The Theatre of Nation: Irish Drama and Cultural Nationalism, 1890-1916

The Theatre of Nation: Irish Drama and Cultural Nationalism, 1890-1916

The Theatre of Nation: Irish Drama and Cultural Nationalism, 1890-1916

The Theatre of Nation: Irish Drama and Cultural Nationalism, 1890-1916

Synopsis

'Subtly argued and impressively researched... a central contribution' -Irish Times'The contextualization of theatre is a tour de force' -Professor Mary King, London University'Brilliant' -Professor Roy Foster, Oxford University'Levitas has a fine sense of political and social context; and he writes like an angel' -Professor Norman Vance, Sussex UniversityThe Theatre of Nation is a study of the development of the theatre movement and its relationship to political change in Ireland during the pre-revolutionary period. Ben Levitas traces the connections between Irish drama and Irish politics, and concludes that Ireland's theatre had a pivotal role to play in the controversies of its time and in the coming revolution.

Excerpt

What role did the theatre of the Irish literary revival play in the politics of identity so avidly debated in pre-revolutionary Ireland? Conversely, how far did that debate influence the development of the theatre? This book is an examination of the vexed dialectic of such questions through an integrated study of the nationalist debate 1890–1916. In part it was the very necessity of forcing together two areas of apparently distinct concern that first attracted me to tackle the material at issue. The spheres of political history and literary examination are too often estranged in existing scholarship, but their combination is essential to this subject. Tackling the political debates and the controversial drama of this unusually creative era, the theatre is here revealed as a focal point for the culturally charged controversies of the period.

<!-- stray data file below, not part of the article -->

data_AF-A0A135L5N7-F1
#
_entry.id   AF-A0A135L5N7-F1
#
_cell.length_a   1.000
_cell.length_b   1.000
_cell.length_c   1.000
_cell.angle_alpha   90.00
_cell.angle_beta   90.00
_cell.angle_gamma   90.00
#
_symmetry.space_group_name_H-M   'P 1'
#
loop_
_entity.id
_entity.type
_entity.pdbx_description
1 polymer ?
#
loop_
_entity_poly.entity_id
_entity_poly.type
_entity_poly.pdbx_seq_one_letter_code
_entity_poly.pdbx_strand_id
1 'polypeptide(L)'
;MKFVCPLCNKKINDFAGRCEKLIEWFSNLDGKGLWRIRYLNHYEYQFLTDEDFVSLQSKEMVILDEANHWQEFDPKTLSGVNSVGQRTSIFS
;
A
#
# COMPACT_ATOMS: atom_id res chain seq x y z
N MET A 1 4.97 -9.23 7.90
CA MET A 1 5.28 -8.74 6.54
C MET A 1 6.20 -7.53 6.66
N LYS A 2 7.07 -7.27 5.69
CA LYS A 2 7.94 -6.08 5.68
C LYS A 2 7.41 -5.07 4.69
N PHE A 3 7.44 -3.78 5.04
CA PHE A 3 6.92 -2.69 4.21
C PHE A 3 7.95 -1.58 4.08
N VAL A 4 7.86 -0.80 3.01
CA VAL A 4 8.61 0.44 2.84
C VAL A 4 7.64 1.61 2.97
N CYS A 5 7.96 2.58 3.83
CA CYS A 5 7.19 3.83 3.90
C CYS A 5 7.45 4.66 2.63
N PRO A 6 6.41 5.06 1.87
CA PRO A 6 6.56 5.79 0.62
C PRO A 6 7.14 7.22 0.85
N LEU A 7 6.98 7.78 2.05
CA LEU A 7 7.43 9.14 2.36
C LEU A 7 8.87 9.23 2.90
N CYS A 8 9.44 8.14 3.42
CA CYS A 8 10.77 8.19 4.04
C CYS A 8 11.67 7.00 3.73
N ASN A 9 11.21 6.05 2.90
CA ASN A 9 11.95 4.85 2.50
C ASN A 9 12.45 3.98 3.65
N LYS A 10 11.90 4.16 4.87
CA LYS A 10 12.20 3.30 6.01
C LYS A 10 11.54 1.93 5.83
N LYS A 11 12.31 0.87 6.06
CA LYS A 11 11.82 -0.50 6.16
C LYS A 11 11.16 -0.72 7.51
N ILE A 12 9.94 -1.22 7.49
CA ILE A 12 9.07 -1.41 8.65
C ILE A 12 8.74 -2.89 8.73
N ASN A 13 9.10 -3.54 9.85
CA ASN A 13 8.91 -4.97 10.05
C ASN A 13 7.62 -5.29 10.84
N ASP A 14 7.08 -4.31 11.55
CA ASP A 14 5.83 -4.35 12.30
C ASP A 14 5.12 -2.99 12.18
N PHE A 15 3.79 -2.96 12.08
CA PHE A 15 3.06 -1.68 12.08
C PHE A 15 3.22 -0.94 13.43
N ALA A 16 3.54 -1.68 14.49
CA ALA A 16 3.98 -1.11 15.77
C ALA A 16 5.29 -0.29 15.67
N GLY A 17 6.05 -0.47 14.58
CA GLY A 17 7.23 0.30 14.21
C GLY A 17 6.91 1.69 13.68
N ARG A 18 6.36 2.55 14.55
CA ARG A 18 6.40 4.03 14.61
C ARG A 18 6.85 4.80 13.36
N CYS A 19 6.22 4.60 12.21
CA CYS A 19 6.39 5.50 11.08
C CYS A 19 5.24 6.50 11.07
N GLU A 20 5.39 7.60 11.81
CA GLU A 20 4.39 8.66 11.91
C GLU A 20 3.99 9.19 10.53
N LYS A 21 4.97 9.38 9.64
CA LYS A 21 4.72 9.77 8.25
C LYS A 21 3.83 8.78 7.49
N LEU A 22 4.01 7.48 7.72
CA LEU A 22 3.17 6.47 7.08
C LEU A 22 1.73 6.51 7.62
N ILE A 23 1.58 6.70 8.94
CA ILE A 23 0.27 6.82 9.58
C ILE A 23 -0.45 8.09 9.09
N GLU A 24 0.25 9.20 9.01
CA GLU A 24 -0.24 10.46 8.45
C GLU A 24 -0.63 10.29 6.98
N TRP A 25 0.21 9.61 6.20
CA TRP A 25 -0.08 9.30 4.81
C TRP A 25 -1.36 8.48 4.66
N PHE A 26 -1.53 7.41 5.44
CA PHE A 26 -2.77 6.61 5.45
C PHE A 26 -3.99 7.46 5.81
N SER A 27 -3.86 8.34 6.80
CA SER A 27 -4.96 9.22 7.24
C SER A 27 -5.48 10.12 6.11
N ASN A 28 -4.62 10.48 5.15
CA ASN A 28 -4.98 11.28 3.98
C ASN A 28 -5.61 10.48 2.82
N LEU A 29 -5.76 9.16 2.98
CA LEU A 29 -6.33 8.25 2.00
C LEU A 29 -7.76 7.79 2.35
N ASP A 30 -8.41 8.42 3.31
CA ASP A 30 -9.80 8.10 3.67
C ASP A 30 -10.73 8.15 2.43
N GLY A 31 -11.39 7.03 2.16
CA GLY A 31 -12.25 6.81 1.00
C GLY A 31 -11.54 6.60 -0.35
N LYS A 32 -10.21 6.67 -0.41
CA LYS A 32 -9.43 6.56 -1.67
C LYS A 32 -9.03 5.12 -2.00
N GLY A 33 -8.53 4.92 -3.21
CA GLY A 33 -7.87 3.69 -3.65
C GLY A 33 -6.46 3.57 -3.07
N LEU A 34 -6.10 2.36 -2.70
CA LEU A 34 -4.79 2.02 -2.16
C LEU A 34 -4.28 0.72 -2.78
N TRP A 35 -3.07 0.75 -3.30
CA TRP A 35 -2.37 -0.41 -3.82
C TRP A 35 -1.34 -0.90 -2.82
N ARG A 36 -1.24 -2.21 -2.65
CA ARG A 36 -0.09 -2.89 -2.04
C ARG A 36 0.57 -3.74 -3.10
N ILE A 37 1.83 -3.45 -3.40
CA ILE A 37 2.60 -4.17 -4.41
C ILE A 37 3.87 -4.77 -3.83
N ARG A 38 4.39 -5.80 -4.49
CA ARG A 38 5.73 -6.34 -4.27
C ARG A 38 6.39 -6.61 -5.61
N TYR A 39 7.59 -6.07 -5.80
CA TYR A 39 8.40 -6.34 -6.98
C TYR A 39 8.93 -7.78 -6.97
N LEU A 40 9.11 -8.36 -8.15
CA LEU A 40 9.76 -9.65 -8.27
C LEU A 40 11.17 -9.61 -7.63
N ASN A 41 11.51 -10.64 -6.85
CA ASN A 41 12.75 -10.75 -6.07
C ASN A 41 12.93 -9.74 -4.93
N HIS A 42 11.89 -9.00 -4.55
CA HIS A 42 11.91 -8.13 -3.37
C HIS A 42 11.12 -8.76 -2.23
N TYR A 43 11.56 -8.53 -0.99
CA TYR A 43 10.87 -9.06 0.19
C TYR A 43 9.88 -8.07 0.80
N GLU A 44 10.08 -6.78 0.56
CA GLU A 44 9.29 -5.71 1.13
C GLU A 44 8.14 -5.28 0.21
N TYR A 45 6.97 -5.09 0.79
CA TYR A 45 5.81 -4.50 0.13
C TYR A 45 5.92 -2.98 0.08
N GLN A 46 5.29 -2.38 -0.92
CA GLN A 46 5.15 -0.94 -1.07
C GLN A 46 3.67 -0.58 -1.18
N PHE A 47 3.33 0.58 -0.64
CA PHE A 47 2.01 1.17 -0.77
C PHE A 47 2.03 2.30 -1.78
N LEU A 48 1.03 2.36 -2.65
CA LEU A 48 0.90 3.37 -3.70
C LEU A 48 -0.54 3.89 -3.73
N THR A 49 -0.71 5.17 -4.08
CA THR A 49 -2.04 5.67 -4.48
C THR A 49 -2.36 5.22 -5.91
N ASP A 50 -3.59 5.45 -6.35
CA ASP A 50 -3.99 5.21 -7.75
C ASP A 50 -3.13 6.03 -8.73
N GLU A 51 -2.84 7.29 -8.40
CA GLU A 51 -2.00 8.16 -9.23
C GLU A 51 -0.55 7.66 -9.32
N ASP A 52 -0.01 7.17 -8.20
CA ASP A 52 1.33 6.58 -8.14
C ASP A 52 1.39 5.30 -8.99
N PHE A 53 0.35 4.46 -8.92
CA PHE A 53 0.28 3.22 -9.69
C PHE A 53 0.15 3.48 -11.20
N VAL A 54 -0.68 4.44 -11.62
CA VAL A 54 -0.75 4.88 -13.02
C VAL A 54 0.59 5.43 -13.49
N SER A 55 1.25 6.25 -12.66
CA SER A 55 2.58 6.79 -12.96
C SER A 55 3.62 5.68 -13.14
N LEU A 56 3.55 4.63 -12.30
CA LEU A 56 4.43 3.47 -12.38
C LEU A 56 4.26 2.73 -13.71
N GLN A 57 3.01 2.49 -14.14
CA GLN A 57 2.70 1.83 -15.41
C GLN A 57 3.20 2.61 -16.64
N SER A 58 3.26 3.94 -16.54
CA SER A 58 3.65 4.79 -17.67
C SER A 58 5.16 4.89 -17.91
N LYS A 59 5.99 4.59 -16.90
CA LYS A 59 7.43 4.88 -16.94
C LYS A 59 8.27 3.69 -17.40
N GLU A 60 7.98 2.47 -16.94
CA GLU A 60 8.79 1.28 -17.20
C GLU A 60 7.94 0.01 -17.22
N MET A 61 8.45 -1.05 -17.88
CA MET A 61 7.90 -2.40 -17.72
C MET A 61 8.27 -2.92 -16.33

Those controversies are also revealed as far from static, and far from limited to the most obvious issue of Irish independence. Concerns about class, race, gender, regional and generational difference were no less central during what was recognized as a period of cultural flux. Nor were such considerations limited to Ireland, but extended to Ireland's situation in the Empire and, particularly, to its European status. It is in this reaction to European as well as imperial modernity that the theatre's role in inspiring insurrectionary logics is concluded.

To plot the course of this discourse through the turns and twists of its expression, from the disgrace of Parnell to the crisis of The Playboy 'riots' and the denouement of the Easter Rising, requires a diverse range of materials. The Abbey Theatre and its directors, W. B. Yeats, Lady Gregory, and J. M. Synge performed a central part in the processes outlined here, but beyond the Abbey were the equally crucial popular, propagandist, and the regional theatres. The theatre movement is discussed here in its splendid variety, drawing upon a much wider array of dramatic talent than is allowed for by the existing canon. Such talent was evident in the plays of the period, in performances, in criticism both public and private, and in the organizational skill of impresarios. The cultural and political dispute which surrounded and included this movement likewise found its form through newspapers, personal correspondence, through private and public debate. This book employs the full range of media, often considering new material and familiar text in . . .

Search by... Author
Show... All Results Primary Sources Peer-reviewed

Oops!

An unknown error has occurred. Please click the button below to reload the page. If the problem persists, please try again in a little while.